The years click by. I’m sitting here trying to remember being a kid. From what I recollect, I was a happy kid. I wonder if those who knew me then would depict me that way? Regardless, I’m glad that’s how I remember my childhood.
I’m 60 now, and the past hasn’t changed – it’s still happy. Fate may eventually have its way with me, but it’s already so far in the hole that it’s going to have to really give me a beating just to get back to even [not that I doubt its capacity to destroy on a whim].
My father always told me that my beating was coming. Of course, there were times he wanted to be the delivery man, but he knew that I would get mine eventually. When he met my future in-laws, all he did was laugh and say, “oh yah, you’ll get yours – in spades.” Whenever I would trip and fall, all he’d want to know was “how’d that feel?” He always took pleasure in the vagaries of life slapping me around. He wanted me ready for the inevitable shit storm. He always knew it was lurking right around the corner. Only a fool wouldn’t be ready for the challenge. He made sure I was ready.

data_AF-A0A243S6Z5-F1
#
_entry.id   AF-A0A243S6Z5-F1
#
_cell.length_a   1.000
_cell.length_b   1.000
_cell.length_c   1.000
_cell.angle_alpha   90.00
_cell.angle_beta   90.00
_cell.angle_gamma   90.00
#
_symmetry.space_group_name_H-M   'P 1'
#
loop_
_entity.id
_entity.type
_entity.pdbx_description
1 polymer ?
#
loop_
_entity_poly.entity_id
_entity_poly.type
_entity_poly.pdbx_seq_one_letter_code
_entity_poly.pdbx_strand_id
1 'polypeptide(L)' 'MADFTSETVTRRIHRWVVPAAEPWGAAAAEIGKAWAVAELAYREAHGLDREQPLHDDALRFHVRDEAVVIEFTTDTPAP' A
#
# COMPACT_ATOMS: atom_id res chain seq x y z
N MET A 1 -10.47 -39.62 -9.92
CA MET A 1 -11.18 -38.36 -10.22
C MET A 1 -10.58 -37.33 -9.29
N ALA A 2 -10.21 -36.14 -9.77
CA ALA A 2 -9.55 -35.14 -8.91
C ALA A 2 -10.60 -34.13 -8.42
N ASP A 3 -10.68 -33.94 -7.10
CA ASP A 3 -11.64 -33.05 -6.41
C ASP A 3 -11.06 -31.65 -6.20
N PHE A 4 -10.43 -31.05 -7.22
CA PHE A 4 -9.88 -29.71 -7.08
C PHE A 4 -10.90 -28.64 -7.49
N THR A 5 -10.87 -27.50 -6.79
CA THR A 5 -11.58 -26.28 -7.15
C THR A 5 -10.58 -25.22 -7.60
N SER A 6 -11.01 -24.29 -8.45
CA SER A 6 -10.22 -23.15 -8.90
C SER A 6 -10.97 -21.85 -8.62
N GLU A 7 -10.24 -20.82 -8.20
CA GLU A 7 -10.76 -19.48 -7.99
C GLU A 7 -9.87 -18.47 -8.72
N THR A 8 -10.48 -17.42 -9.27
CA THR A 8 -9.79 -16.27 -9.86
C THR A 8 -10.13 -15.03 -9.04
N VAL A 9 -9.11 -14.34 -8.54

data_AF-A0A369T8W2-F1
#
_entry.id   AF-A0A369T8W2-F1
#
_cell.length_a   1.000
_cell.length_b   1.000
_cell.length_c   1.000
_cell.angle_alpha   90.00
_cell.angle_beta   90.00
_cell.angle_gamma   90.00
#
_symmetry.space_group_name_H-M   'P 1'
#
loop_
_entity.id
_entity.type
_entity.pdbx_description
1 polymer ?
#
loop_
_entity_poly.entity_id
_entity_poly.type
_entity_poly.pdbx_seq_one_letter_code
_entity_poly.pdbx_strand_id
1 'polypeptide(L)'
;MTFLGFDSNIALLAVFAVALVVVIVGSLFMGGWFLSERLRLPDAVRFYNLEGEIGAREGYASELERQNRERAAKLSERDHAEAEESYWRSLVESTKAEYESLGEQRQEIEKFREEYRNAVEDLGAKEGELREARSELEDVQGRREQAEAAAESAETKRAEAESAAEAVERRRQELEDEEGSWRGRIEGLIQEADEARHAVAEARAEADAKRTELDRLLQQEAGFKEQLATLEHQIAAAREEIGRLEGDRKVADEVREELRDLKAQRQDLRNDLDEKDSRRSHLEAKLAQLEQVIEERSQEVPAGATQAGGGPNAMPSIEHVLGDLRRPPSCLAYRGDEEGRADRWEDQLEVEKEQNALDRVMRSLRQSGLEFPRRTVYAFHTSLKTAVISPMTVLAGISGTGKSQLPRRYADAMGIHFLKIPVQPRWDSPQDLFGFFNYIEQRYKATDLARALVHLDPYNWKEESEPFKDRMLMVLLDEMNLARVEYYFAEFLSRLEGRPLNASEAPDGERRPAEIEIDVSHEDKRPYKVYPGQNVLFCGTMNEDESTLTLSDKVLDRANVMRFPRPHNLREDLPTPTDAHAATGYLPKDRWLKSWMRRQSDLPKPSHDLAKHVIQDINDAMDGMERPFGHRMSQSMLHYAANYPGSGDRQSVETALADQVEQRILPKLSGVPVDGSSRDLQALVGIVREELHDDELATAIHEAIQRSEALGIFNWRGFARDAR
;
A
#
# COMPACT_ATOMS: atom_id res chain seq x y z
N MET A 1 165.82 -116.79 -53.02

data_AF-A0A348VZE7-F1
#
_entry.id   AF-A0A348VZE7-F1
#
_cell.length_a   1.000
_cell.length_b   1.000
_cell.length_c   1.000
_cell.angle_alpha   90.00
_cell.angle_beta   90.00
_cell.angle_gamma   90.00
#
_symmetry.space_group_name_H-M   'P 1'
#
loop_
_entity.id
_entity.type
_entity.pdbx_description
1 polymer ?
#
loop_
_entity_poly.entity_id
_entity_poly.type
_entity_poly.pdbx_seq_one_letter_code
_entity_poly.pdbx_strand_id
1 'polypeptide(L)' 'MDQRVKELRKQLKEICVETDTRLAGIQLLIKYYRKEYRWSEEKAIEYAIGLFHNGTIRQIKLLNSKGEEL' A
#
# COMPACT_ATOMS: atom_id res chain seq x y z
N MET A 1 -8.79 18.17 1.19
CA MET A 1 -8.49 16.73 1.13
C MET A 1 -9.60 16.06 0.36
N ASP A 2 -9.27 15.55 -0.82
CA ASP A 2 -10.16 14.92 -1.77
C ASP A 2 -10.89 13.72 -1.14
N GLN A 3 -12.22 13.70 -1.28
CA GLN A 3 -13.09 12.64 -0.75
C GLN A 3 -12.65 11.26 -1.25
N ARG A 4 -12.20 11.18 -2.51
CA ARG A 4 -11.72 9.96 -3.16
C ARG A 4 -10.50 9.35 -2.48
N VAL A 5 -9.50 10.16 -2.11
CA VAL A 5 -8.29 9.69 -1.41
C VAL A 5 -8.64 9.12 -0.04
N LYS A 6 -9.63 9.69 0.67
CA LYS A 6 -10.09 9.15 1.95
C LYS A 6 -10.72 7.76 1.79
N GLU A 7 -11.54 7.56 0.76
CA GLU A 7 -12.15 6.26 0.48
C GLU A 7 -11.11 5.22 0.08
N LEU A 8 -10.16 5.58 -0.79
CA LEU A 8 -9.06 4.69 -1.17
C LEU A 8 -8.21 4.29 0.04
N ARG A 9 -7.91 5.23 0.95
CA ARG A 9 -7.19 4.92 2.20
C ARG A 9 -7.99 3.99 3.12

He did a great job. I hope my kids end up as happy with their life as I have.
That’s about it for me as this Father’s Day approaches. I simply had a father who wanted me to be my own man. Social status meant less than nothing to him. In fact, any recognition of the sort was an insult [mostly sought for and fawned over by sycophants and fools]. Fame and wealth were not the measure of man in his book. A big bank account didn’t make a man smart. Notoriety did not make a man significant. Independence, virility, and athleticism – those were the low class values he pounded into me. The key to enjoying life was simple: walk your own road for better or worse, and when the bill comes due – pay it.